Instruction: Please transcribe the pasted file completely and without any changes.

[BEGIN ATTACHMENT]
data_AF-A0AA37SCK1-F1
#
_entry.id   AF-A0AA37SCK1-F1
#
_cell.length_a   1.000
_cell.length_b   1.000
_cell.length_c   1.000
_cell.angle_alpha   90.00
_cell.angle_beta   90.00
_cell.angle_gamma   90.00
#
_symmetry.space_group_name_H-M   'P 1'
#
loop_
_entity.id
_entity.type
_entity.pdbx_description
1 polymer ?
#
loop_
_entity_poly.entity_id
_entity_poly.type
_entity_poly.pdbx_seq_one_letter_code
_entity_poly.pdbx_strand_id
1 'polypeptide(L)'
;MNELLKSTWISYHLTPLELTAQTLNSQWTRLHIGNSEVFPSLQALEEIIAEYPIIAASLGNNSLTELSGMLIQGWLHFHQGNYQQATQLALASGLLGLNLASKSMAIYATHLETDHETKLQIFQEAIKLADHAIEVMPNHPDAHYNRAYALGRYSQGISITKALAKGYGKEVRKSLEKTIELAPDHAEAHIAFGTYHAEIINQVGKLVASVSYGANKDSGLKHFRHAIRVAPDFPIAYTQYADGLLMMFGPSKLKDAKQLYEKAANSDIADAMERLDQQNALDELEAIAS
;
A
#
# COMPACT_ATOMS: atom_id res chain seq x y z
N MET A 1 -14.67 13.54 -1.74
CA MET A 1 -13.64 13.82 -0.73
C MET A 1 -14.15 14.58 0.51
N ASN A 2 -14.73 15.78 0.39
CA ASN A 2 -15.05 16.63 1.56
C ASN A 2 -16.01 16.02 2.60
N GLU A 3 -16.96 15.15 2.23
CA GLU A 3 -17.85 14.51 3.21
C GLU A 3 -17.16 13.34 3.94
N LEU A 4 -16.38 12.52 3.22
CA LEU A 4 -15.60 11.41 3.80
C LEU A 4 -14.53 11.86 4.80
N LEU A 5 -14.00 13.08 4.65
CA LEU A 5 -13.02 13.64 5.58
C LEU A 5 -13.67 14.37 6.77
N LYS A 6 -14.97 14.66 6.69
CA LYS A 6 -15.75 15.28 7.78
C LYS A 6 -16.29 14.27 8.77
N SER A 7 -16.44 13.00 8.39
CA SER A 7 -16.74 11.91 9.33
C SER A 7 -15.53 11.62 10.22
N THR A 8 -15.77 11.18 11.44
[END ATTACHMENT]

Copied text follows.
data_AF-A0AA37SCK1-F1
#
_entry.id   AF-A0AA37SCK1-F1
#
_cell.length_a   1.000
_cell.length_b   1.000
_cell.length_c   1.000
_cell.angle_alpha   90.00
_cell.angle_beta   90.00
_cell.angle_gamma   90.00
#
_symmetry.space_group_name_H-M   'P 1'
#
loop_
_entity.id
_entity.type
_entity.pdbx_description
1 polymer ?
#
loop_
_entity_poly.entity_id
_entity_poly.type
_entity_poly.pdbx_seq_one_letter_code
_entity_poly.pdbx_strand_id
1 'polypeptide(L)'
;MNELLKSTWISYHLTPLELTAQTLNSQWTRLHIGNSEVFPSLQALEEIIAEYPIIAASLGNNSLTELSGMLIQGWLHFHQGNYQQATQLALASGLLGLNLASKSMAIYATHLETDHETKLQIFQEAIKLADHAIEVMPNHPDAHYNRAYALGRYSQGISITKALAKGYGKEVRKSLEKTIELAPDHAEAHIAFGTYHAEIINQVGKLVASVSYGANKDSGLKHFRHAIRVAPDFPIAYTQYADGLLMMFGPSKLKDAKQLYEKAANSDIADAMERLDQQNALDELEAIAS
;
A
#
# COMPACT_ATOMS: atom_id res chain seq x y z
N MET A 1 -14.67 13.54 -1.74
CA MET A 1 -13.64 13.82 -0.73
C MET A 1 -14.15 14.58 0.51
N ASN A 2 -14.73 15.78 0.39
CA ASN A 2 -15.05 16.63 1.56
C ASN A 2 -16.01 16.02 2.60
N GLU A 3 -16.96 15.15 2.23
CA GLU A 3 -17.85 14.51 3.21
C GLU A 3 -17.16 13.34 3.94
N LEU A 4 -16.38 12.52 3.22
CA LEU A 4 -15.60 11.41 3.80
C LEU A 4 -14.53 11.86 4.80
N LEU A 5 -14.00 13.08 4.65
CA LEU A 5 -13.02 13.64 5.58
C LEU A 5 -13.67 14.37 6.77
N LYS A 6 -14.97 14.66 6.69
CA LYS A 6 -15.75 15.28 7.78
C LYS A 6 -16.29 14.27 8.77
N SER A 7 -16.44 13.00 8.39
CA SER A 7 -16.74 11.91 9.33
C SER A 7 -15.53 11.62 10.22
N THR A 8 -15.77 11.18 11.44